Now, for people who work in the industry that I’ve grown up knowing and who have transformed their fandom into a profession, their enthusiasm for television is something I’ve always known and taken for granted. But I’d never spoken to Ben before – and for some reason I believed that as somebody where my experience of them was effectively a name in the closing credits of TV programmes, that they wouldn’t have that same enthusiasm.
And – of course – he did!
I mean, this is a man who has scored for big brandings like Happy Valley (2014-), Scott & Bailey (2011-2016) and Our Girl (2013-2020)… but here he is at the end of the phone and we’re debating about who out of Edwin Astley and Albert Elms was better at themes and which triumphed at incidentals, and did you manage to get the FSM CDs of The Man from UNCLE (1964-1968) before they all vanished off the face of the Earth and what your favourite John Barry cue from The IPCRESS File (1965) is…
And towards the end of our very first phone call, he’s saying to me: “You’re coming down for the Proms aren’t you?” And before I could say “Actually, my wife and I are The Sort Of People Who Don’t Go To The Proms. We’ve never been to a concert in our lives, let alone the Proms”, Ben’s enthusiastically saying “Look, I’ll have a couple of tickets put on one side for you and we can meet up afterwards after I’ve finished conducting.”
So, two People Who Don’t Go To The Proms went to the Proms. And they loved it. Being in the vast space of the Royal Albert Hall and feeling this huge, dazzling sound reverberating in a way that they’d never experienced. What a fantastic, new sensation! And the gentleman sitting with them turned out to be Ben’s brother, Nick, and he’s a composer too – go check out Cuckoo (2012-2019), Timewasters (2017-2019) and Year of the Rabbit (2019) – and he was every bit as keen to chat to us about his love of archive TV music as his sibling…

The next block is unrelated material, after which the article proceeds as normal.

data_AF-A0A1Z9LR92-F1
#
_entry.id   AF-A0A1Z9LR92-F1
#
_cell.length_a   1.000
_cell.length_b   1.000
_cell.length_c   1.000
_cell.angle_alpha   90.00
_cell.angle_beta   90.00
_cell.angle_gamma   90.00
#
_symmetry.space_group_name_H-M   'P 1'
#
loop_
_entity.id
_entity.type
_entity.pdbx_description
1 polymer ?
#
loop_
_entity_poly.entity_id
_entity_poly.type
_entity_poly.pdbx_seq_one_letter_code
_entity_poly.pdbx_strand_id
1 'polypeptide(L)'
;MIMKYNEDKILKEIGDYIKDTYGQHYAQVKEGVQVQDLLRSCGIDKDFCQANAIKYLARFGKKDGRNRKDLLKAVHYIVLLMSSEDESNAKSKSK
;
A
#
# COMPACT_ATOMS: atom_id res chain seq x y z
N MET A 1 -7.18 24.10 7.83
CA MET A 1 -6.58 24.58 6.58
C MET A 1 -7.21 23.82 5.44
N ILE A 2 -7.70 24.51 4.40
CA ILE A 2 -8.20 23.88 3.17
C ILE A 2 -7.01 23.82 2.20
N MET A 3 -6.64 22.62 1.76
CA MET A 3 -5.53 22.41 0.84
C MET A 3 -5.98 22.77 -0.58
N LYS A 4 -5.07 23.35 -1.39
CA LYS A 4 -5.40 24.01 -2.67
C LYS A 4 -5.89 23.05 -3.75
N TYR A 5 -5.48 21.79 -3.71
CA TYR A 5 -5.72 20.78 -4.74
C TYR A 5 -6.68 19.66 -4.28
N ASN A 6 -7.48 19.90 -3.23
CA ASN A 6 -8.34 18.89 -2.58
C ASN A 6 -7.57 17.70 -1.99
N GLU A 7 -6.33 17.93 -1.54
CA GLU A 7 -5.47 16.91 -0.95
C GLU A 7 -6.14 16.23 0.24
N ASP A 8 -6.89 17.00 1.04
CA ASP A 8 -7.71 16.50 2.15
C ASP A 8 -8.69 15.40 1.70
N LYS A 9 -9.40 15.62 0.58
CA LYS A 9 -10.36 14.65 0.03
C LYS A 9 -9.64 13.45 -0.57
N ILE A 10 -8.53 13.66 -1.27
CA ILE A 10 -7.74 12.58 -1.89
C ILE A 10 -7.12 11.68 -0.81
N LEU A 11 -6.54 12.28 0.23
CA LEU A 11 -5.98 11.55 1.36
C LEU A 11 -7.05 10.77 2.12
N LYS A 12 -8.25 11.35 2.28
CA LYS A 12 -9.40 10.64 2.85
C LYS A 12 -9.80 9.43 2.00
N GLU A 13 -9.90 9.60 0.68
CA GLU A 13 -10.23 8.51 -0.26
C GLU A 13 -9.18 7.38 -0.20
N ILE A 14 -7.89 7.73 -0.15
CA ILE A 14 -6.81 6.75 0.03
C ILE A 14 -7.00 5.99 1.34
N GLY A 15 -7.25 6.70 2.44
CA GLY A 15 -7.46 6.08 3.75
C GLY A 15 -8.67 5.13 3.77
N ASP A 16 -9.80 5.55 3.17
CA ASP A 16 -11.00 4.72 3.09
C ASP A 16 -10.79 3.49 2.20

We met Ben for the first time afterwards. I think we were in shock still from our new experience. Certainly too stunned to properly register that he was introducing us to David Arnold…
But beyond that new experience, Ben’s kindness transformed itself into an important memory. At this time, my wife’s grandmother – an amazing lady – was very ill. We knew that she didn’t have long left. When we next visited her, she was so excited that we had been to the Proms. Because – like us – she had also seen herself as one of those People Who Don’t Go To The Proms. And she was so delighted and happy that we had even if she hadn’t, and our final conversations were her asking us all about it…